I know that the absence of the
origin header is a possible case.
I can assume that this header does not matter when we distribute content to everyone, regardless of origin. But probably more often we want to give content only to some trusted sources. I believe that in this case, when
origin is not specified, we should return a
Bad Request error.
In addition, we need this blank if we want to support subdomains. Probably in this case, you also need to return
Bad Request if
origin is not specified.
This is all I know about
origin at the moment.
In this question, I don’t even ask you not to write any code, I only ask you to explain some theoretical data, on the basis of which I myself will compose an algorithm and write code.
CORS restrictions are triggered at the browser level. Therefore, from the server side, you need to give the correct headers, and nothing else. Let's go from simple to more complex.
To allow CORS from the address
https://site.ru , you need to send such headers (this is a config from Nginx).
add_header "Access-Control-Allow-Origin" "https://site.ru" always; add_header "Access-Control-Allow-Headers" "Content-type, Authorization, X-Requested-With, Accept" always; add_header "Access-Control-Allow-Methods" "GET, POST, PUT, PATCH, DELETE, OPTIONS" always;
I can assume that this header does not matter when we distribute content to everyone, regardless of origin
Yes, in this case
"Access-Control-Allow-Origin: *" .
Only selected domains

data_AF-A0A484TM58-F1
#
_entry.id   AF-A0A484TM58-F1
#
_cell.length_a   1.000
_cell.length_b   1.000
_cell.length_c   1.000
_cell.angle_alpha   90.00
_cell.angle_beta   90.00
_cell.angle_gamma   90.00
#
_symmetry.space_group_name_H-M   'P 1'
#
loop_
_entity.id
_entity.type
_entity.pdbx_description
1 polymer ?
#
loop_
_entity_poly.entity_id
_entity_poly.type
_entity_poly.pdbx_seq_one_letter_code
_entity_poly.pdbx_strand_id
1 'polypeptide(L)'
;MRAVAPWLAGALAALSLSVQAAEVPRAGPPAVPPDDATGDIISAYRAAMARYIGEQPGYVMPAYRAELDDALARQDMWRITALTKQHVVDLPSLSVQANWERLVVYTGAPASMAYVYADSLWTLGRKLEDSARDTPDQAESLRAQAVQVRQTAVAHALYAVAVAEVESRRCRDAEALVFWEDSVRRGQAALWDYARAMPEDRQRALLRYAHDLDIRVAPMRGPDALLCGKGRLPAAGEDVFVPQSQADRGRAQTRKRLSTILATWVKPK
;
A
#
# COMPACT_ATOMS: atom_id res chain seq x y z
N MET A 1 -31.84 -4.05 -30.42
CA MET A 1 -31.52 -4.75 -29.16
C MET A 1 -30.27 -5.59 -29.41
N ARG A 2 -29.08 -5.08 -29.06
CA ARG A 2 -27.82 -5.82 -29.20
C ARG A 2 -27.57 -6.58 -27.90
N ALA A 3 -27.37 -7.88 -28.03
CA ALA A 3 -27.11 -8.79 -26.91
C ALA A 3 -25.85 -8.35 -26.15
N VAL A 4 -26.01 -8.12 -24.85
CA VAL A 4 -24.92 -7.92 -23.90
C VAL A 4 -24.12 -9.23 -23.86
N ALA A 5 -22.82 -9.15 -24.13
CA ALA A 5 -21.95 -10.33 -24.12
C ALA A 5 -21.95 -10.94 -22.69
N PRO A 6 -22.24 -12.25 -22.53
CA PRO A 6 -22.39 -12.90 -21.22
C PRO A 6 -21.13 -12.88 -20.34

But probably more often we want to give content only to some trusted sources
You cannot take and list the allowed domains separated by commas. Only one. Therefore
Access-Control-Allow-Origin must depend on the
Origin header that the browser sends. This can be configured either on the web server or in the application (
header('....') in PHP).
I know that the absence of the origin header is a very possible case.
Yes. The browser may not send this header, because there is no CORS request (
https://site.ru/api , Origin is not sent, since the domain is the same, send Origin from the point of view of browser logic useless).
I believe that in this case, when the origin is not specified, we should return a Bad Request error
That's why no, you can't do that. Right:
- Origin is specified – compare with the list of allowed ones – give the value as in Origin, if + in the list add
Vary: Origin(more on that below). If not – the main domain, let the CORS ban work
- Origin is not specified – we do not return
Access-Control-Allow-*, we return only
Vary: Origin(more on that below).
And here's another surprise: the browser caches the
Access-Control-Allow-* . Therefore, it may well be such an unpleasant situation . Or another. Remember that for a browser, CORS occurs when either the protocol, port, or domain is different. In all cases where one header depends on another, the
Vary: ... header must be used.
Access-Control-Allow-* depends on
Origin (case for multiple domains), then add
Vary: Origin .
But if there is only one domain (the one where requests will go from), you don’t need to add
Vary: Origin , since it’s unnecessary .